Friday, November 12, 2010

Its Supper Time !!

I was just going through one of Bill's cookbooks, You know, looking for something really good to eat. Whats better than beef? not much. Anyway here is one of his best dishes. He loved a good Chicken Fried Steak, Texas Style. He was always on the look out for the best. And he always said, had a CFS for lunch but wasn't as good as mine. So here is Bill's recipe.

Texas Chicken Fried Steak with Cream Gravy
It is hard to get much more Texan than Chicken Fried Steak. Instead of
buying cube steaks, buy 4 small round steaks and have the meat man
run them through the meat tenderizer a couple times. Round steak has
more flavor than other steaks and the process of tenderizing flattens
them so they cook uniformly.
4 Tenderized Beef Round Steaks 1 Egg
1/4 C. Milk All-purpose Flour
Melted Shortening or Lard
1/4 Tsp. Paprika (optional) Salt and Pepper to Taste
My mother taught me to tenderize steaks by dusting with flour and then pounding
the daylights out of them with the edge of a heavy plate or saucer.
Beat together the egg and milk and set aside. Mix together the salt, black
pepper, and paprika and sprinkle on both sides of beef cutlets.
Dredge the steaks in the flour, shaking off the excess. Then dip each
steak in the egg/milk mixture, then back in the flour. I put the breaded
steaks on a platter and allow them to rest a while.
Heat the shortening in a large cast-iron over medium-high heat for a few
minutes. Fat should be about a half-inch deep in the pan. Be sure it is
hot. Check by dropping a bit of the breading in the fat and listen for the
Place the steaks in the hot fat making sure you give them plenty room.
Fry in batches if necessary. Fry steaks on both sides, turning once, until
golden brown. I put my completed steaks on a cookie sheet and into the
oven for about 10 minutes at 300°.
Serve with mashed potatoes and lots of cream gravy.

Monday, October 25, 2010

The Moran Chile

I call this the Moran Chile, Just because Bill like them so well. I grow some each year from seed he sent me years ago, another reason why I call them Moran Chiles. Anyway, where Bill lived they grew wild. But you could always find several plants growing in his yard. This Chile is also called the Texas Bird Pepper and sometimes referred to the Chile Pequin. Here is a photo of Bill's plants. I can never get mine to grow as good as his, but I do it anyway. They are hot as heck, but "Oh" so good.

Moran Chile Plant

Monday, August 9, 2010

My Friend Bill Moran

Bill has been gone now for just over a year. I still miss him and think of him often. Kinda dumb I guess but I have saved all his emails and the photos he sent me. He and I talked about everything, we both had a lot of the same interest. I have many of his recipes saved, and do cook them. They are mighty good. I am not going to post any recipes today, but do have one of my best photos of Bill I want to post. I miss Ya Man.

Bill Moran, with one of his favorite plants.

Friday, January 1, 2010

More Fun in the Kitchen Making Homemade Goat Cheese

Lots of wintry weather here in Baltimore lately and Stella has been off from school. We have gone to the movies, played with new toys, baked cookies, but we were still bored. We were watching TV one day and saw a show where they were making homemade goat cheese and we decided we wanted to give that a try!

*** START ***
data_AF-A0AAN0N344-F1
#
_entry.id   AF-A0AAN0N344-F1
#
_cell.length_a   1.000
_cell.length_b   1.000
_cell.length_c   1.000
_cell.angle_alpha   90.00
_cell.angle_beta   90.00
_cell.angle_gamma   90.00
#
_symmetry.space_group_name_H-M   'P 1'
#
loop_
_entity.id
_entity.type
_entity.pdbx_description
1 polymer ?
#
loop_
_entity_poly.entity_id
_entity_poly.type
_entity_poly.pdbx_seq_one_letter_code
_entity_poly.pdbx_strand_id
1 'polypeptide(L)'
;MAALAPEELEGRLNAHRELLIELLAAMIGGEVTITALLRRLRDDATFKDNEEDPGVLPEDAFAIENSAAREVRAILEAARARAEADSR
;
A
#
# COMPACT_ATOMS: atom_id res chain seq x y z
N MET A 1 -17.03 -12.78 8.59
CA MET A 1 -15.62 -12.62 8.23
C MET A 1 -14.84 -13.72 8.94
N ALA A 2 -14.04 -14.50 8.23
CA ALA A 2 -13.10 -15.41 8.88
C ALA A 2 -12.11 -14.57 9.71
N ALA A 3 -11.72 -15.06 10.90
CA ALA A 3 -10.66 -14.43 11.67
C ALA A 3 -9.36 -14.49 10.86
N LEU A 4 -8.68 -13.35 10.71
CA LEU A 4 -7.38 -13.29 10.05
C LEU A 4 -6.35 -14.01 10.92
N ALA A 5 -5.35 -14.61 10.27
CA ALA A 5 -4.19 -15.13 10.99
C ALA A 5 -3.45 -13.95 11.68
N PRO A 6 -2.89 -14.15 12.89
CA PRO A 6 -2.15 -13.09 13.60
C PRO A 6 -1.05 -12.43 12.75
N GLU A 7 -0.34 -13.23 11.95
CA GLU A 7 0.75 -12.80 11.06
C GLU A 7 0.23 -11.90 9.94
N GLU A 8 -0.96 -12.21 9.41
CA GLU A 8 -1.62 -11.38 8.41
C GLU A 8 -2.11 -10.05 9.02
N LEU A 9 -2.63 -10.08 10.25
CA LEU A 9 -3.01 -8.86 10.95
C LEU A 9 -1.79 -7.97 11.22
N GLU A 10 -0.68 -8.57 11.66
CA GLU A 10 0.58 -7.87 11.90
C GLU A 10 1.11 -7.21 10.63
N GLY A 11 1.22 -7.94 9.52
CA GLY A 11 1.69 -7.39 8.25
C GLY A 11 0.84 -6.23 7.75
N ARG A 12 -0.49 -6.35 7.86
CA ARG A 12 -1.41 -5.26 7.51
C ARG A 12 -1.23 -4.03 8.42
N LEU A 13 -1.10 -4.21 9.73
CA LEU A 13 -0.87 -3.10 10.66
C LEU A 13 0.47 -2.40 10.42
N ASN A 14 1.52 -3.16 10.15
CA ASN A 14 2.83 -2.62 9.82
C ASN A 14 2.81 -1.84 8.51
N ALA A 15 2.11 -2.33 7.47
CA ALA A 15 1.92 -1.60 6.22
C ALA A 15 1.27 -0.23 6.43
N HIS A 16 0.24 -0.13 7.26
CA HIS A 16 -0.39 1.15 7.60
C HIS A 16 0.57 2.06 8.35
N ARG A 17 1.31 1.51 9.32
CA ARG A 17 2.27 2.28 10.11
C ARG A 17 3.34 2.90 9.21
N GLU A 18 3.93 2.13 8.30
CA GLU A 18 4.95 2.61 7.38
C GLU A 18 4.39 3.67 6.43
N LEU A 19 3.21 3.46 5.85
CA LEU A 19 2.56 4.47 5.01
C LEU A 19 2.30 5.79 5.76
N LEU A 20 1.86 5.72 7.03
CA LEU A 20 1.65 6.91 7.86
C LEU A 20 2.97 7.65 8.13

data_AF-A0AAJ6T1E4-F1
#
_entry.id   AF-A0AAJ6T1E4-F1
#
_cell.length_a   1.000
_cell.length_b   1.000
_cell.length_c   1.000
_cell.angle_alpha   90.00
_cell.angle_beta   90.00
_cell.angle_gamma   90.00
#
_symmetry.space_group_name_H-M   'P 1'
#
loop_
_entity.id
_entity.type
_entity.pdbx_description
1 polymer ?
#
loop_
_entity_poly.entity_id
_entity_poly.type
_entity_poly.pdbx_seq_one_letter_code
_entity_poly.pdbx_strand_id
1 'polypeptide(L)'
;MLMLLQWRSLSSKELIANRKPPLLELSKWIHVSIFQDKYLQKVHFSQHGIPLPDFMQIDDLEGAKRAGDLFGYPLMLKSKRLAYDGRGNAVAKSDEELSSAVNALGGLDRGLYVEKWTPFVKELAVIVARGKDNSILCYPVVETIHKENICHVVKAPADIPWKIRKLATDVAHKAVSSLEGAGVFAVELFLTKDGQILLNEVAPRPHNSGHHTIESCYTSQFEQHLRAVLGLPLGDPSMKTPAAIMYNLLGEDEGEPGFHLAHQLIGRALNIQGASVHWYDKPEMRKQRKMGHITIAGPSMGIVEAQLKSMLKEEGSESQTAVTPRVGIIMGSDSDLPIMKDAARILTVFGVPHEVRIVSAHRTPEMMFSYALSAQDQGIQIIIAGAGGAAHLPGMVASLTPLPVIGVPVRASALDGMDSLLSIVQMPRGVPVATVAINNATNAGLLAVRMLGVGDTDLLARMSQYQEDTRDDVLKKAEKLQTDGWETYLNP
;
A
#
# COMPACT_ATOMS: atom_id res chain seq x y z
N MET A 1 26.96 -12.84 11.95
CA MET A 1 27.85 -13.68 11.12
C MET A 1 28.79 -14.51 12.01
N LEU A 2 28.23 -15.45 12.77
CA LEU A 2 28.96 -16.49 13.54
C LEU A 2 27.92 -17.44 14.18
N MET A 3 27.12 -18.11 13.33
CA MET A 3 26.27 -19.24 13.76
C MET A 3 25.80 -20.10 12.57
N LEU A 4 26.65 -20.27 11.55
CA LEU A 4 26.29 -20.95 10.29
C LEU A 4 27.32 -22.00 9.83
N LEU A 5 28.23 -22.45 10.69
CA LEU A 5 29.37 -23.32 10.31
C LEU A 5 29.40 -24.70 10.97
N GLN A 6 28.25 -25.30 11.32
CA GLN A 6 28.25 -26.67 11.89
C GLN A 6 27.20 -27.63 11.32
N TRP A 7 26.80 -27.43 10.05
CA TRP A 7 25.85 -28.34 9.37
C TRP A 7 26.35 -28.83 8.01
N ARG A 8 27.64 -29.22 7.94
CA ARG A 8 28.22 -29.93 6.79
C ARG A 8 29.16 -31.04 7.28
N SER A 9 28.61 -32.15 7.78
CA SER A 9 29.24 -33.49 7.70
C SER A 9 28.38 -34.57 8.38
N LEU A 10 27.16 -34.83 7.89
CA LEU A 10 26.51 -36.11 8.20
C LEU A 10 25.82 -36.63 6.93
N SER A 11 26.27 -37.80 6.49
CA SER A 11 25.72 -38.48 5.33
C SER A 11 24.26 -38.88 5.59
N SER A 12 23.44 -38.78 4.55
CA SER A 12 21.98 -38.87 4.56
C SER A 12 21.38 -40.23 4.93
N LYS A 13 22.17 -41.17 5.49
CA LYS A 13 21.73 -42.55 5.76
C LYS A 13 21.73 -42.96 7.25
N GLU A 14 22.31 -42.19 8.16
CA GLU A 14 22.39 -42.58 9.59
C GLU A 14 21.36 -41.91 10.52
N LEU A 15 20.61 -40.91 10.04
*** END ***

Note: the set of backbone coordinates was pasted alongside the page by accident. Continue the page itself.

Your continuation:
The process is pretty easy and it was a lot of fun and definitely something different to do on a cold snowy day. So we went to the store and bought a quart of goat's milk and brought it home and got busy. Here are the steps:

First you heat the milk slowly to a temp of 180 degrees. Once the milk is at that temp that is when you add a curdling agent of your choice. We had lemons and unfiltered organic apple cider vinegar and we used a little of both. To the heated milk we added the juice of 2 lemons and about 3 T. of the ACV. Once you add the curdling agents you should instantly see the milk separate into curds and whey. Keep the heat on during this process. At this point you should have ready a fine weave cheesecloth or an old linen dish towel lined in a large bowl. Next, gently ladle the curds and whey ladle by ladle into the linen/cheesecloth lined bowl. Once it's all in gently bring up the 4 corners of the cloth gathering all the curds in the cloth leaving the whey behind in the bowl. Hold the "ball" of curds in the cloth over the bowl and tie the top in a knot or with a tie of some sort. Then tie this to a large wooden spoon and hang the ball over the top of a large pot so that the ball of curds don't hit the bottom and can drain freely. Just leave it hanging for a couple of hours, more if you want a drier cheese. When it's time, unwrap your cheese and place it in a small bowl and add whatever fresh herbs you want. We had lemon thyme and rosemary from the garden so we finely chopped some and added it to the cheese along with some ground pepper and sea salt. The cheese will be a soft "farmer's cheese" consistency. Keep it in the fridge (it will last for about 2-3 days) and eat it as you would any other goat cheese.

I am amazed at how good our cheese turned out. You can really taste the apple cider vinegar and it adds a really nice flavor and tang to the cheese. I've been eating the cheese on little French Toastettes and can't get enough! It was fun to make and Stella loved doing it and it was a welcome and tasty departure from making cookies, cookies, cookies. I would highly recommend that you make some yourself using different herbs; experiment!!! Fun, fun, fun!

Happy New Year to Everyone! Sending the warmest wishes for health and happiness in the coming year!


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